Patrick Brawley – 1873-1876 & Matthew Brawley 1875-1876

Patrick and Matthew Brawley were the 7th and 8th children of my great great grandparents, James Brawley and Sarah McLauglan.  Both boys were born in Lanarkshire, Scotland. Patrick was born on 31 May 1873 and Matthew on 23 January 1875.  Tragically both little boys died within days of each other in 1876. The cause of death was scarlet fever.  They are buried in St Peter’s Cemetery in Glasgow.

Matthew and Patrick Death

The reason that their story strikes close to home is that exactly 100 years later in 1976  I had scarlet fever.  The summer of 1976 is remembered in Scotland as particularly hot and sunny.  My only memories of having this illness is of being stuck at home while my sisters were out playing in the sunshine.  I don’t remember being particularly ill and I don’t know how long it lasted but the point is that after a short spell of treatment I was absolutely fine and ready to go back to school after the summer holidays.

Sarah was pregnant when her babies died.  She gave birth to another son, Matthew in January 1877.  In May 1884 her 10th and final child Patrick was born.  It seemed strange to me that she gave them the names of her other children and in a way replace them but that was the tradition then it seems.  Patrick and Matthew were so young when they died that they don’t really feature in any records.  I can’t know what little personalities they had or how their deaths impacted on the family.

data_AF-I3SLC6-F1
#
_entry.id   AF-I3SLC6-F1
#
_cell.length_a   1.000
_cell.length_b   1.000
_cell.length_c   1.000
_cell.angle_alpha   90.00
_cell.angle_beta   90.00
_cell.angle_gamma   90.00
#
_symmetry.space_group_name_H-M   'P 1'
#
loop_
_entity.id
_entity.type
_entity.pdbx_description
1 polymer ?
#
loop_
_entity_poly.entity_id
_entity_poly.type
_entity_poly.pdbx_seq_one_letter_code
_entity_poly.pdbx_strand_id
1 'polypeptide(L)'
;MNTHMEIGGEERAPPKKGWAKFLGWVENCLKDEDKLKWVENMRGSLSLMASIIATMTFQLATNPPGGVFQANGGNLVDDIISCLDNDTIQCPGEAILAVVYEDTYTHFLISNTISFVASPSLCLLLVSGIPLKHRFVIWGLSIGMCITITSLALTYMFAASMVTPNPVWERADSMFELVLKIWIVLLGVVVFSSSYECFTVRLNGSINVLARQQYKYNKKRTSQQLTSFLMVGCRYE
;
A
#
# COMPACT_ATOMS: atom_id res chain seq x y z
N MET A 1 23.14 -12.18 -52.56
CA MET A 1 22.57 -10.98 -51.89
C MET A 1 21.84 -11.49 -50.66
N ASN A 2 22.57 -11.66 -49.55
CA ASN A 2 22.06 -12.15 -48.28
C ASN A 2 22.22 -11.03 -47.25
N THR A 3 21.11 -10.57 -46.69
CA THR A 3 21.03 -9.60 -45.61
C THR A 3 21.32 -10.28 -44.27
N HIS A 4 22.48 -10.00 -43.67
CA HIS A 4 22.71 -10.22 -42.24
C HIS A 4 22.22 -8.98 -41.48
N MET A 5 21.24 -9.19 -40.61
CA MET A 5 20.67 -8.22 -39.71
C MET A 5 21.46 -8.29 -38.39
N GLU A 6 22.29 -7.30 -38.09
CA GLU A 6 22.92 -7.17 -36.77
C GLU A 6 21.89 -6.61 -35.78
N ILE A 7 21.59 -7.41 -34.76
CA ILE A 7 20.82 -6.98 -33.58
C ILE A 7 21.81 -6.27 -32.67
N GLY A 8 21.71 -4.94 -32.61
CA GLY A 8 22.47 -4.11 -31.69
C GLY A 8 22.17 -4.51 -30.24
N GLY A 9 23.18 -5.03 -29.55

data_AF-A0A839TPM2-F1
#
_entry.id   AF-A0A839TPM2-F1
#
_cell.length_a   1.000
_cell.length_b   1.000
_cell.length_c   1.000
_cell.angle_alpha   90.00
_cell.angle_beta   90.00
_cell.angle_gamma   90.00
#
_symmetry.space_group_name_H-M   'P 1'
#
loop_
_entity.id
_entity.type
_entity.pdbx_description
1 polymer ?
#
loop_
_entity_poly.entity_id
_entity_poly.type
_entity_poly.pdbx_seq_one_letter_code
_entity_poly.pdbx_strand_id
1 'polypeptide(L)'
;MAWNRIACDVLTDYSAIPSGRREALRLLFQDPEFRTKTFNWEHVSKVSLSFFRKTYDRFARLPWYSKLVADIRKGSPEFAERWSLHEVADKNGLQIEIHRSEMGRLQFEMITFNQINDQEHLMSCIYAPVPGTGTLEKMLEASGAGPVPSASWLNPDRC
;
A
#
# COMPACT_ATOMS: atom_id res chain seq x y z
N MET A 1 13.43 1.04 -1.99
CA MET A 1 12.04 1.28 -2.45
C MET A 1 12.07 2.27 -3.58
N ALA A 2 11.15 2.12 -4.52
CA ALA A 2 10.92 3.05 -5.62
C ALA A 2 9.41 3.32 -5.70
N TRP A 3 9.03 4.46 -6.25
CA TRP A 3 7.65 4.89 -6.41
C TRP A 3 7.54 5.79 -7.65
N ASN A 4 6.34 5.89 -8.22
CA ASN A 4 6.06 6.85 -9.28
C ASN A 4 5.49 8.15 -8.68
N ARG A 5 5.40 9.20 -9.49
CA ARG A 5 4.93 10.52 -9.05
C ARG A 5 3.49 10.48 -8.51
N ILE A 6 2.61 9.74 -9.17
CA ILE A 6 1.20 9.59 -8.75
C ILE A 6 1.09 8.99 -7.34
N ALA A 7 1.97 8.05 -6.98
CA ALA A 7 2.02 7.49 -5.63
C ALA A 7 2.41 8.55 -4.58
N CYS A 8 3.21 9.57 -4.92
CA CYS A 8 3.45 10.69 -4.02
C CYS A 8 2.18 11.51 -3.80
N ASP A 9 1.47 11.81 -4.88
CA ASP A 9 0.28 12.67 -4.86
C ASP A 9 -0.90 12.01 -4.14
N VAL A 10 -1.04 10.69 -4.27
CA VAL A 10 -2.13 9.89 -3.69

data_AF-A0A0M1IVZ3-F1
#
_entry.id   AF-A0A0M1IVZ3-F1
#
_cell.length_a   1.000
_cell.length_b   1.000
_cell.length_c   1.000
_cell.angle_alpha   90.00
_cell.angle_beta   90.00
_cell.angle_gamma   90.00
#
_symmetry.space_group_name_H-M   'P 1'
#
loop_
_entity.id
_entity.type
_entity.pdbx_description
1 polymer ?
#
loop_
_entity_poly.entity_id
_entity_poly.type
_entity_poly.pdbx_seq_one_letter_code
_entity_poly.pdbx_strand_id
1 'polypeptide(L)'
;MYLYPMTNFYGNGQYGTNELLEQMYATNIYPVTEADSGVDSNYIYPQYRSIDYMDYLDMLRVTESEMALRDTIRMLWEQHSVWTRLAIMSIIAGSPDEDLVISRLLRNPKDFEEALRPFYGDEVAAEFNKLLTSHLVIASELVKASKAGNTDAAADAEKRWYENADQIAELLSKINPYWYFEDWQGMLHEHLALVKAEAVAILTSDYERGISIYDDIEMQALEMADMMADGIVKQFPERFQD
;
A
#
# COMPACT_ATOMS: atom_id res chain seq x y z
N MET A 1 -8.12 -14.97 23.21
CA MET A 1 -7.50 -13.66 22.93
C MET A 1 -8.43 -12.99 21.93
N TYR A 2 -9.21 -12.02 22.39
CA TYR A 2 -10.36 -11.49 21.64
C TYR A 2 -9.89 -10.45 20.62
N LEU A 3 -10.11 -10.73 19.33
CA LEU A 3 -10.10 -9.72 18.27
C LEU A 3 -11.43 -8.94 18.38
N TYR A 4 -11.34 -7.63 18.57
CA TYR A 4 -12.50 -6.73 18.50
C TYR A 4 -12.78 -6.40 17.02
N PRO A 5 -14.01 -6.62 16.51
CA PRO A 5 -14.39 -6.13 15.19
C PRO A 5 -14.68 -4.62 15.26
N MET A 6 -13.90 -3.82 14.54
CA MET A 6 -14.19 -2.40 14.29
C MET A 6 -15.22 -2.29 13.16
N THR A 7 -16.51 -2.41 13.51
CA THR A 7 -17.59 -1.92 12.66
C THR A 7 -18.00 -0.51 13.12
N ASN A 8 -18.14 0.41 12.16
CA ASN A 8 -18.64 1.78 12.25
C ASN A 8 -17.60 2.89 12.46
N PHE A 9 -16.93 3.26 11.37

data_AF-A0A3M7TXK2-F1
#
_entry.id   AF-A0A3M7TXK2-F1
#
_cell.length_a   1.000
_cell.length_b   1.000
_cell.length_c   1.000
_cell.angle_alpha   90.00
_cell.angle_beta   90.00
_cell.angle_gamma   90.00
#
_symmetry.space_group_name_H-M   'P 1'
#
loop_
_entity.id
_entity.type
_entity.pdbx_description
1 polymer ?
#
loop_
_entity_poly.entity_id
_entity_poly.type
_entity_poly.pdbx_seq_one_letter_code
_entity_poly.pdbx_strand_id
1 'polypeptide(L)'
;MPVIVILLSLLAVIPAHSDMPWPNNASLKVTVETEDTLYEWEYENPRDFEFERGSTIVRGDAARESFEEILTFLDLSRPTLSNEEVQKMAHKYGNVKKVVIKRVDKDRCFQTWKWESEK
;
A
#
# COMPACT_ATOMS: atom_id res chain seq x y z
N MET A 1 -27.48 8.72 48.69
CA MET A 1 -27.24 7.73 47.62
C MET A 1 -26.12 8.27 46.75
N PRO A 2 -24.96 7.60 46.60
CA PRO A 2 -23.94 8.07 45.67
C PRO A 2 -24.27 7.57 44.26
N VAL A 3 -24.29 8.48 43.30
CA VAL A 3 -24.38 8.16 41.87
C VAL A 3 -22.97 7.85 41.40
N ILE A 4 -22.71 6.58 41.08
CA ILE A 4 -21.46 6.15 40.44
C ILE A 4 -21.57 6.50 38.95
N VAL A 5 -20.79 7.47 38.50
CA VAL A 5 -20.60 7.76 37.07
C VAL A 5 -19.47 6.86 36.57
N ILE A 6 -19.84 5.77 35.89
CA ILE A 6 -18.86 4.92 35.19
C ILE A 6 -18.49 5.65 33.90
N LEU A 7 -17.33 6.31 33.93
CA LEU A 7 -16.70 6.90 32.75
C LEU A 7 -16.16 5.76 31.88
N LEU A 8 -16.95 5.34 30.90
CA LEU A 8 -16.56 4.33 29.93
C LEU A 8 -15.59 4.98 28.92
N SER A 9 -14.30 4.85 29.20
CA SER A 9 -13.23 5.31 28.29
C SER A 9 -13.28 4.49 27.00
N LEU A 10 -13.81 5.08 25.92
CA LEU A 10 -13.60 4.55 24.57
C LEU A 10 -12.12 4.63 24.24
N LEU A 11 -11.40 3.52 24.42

There are many times when researching my family tree when I am grateful for the lives we have nowadays but none more so than when I found out about these two wee souls.  I do get quite emotional thinking about them.

4 thoughts on “Patrick Brawley – 1873-1876 & Matthew Brawley 1875-1876

  1. Great post! I found the part of using the names of the dead children for the siblings very interesting because the same tradition occurred in my great grandmother’s family. My great grandmother was named Elizabeth McGowan. She actually had an elder sibling also named Elizabeth. Their mother was pregnant with my great grandmother, when the first Elizabeth, died at the age of 3. I had always imagined that my great, great grandmother must have been very devastated by the loss, and then named her newborn daughter after the deceased child. This family had also lived in Greenock Scotland for several years before immigrating to the United States and settling in Philadelphia, PA.

    Liked by 1 person

    • Thanks Patricia. Initially the names caused great confusion as I had a Patrick Brawley born in 1873 appearing in later census records with age details that didn’t match. Maybe using the same names was a way of honouring their memory but it does seem like the two wee boys were replaced. From what you say this may just be a Scottish thing.


  2. That’s quite a coincidence that you had scarlet fever 100 years after your great great grandmother’s two little boys died from it. Poor little things. I had scarlet fever when I was 4 or 5 years old–about 1956 or 1957. It was the one time I remember our pediatrician making a house call. I clearly remember feeling terrible. My mother put me on the couch in the living room because I didn’t want to let her out of my sight.

    Liked by 1 person

  3. Pingback: James Brawley 1866-1955 – 52 Ancestors in 52 Weeks #16 | Shaking The Branches

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